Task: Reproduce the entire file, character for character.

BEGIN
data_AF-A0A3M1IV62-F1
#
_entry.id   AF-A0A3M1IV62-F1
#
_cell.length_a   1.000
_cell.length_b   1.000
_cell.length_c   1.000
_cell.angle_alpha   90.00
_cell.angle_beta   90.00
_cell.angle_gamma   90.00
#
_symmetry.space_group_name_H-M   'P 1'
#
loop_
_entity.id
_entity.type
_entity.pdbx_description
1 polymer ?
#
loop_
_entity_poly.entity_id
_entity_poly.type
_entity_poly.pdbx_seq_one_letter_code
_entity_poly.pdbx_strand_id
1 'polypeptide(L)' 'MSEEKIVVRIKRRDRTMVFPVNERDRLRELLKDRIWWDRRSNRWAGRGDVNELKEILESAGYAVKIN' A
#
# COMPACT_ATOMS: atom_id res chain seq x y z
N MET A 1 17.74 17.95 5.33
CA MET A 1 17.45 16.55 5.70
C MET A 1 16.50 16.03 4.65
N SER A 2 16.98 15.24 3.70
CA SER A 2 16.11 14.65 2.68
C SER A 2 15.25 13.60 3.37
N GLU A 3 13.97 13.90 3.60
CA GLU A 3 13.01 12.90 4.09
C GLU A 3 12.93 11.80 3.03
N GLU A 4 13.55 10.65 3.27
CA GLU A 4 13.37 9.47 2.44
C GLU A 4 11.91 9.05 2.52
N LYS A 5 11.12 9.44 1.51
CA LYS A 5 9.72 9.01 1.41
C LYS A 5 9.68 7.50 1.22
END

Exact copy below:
data_AF-A0A3M1IV62-F1
#
_entry.id   AF-A0A3M1IV62-F1
#
_cell.length_a   1.000
_cell.length_b   1.000
_cell.length_c   1.000
_cell.angle_alpha   90.00
_cell.angle_beta   90.00
_cell.angle_gamma   90.00
#
_symmetry.space_group_name_H-M   'P 1'
#
loop_
_entity.id
_entity.type
_entity.pdbx_description
1 polymer ?
#
loop_
_entity_poly.entity_id
_entity_poly.type
_entity_poly.pdbx_seq_one_letter_code
_entity_poly.pdbx_strand_id
1 'polypeptide(L)' 'MSEEKIVVRIKRRDRTMVFPVNERDRLRELLKDRIWWDRRSNRWAGRGDVNELKEILESAGYAVKIN' A
#
# COMPACT_ATOMS: atom_id res chain seq x y z
N MET A 1 17.74 17.95 5.33
CA MET A 1 17.45 16.55 5.70
C MET A 1 16.50 16.03 4.65
N SER A 2 16.98 15.24 3.70
CA SER A 2 16.11 14.65 2.68
C SER A 2 15.25 13.60 3.37
N GLU A 3 13.97 13.90 3.60
CA GLU A 3 13.01 12.90 4.09
C GLU A 3 12.93 11.80 3.03
N GLU A 4 13.55 10.65 3.27
CA GLU A 4 13.37 9.47 2.44
C GLU A 4 11.91 9.05 2.52
N LYS A 5 11.12 9.44 1.51
CA LYS A 5 9.72 9.01 1.41
C LYS A 5 9.68 7.50 1.22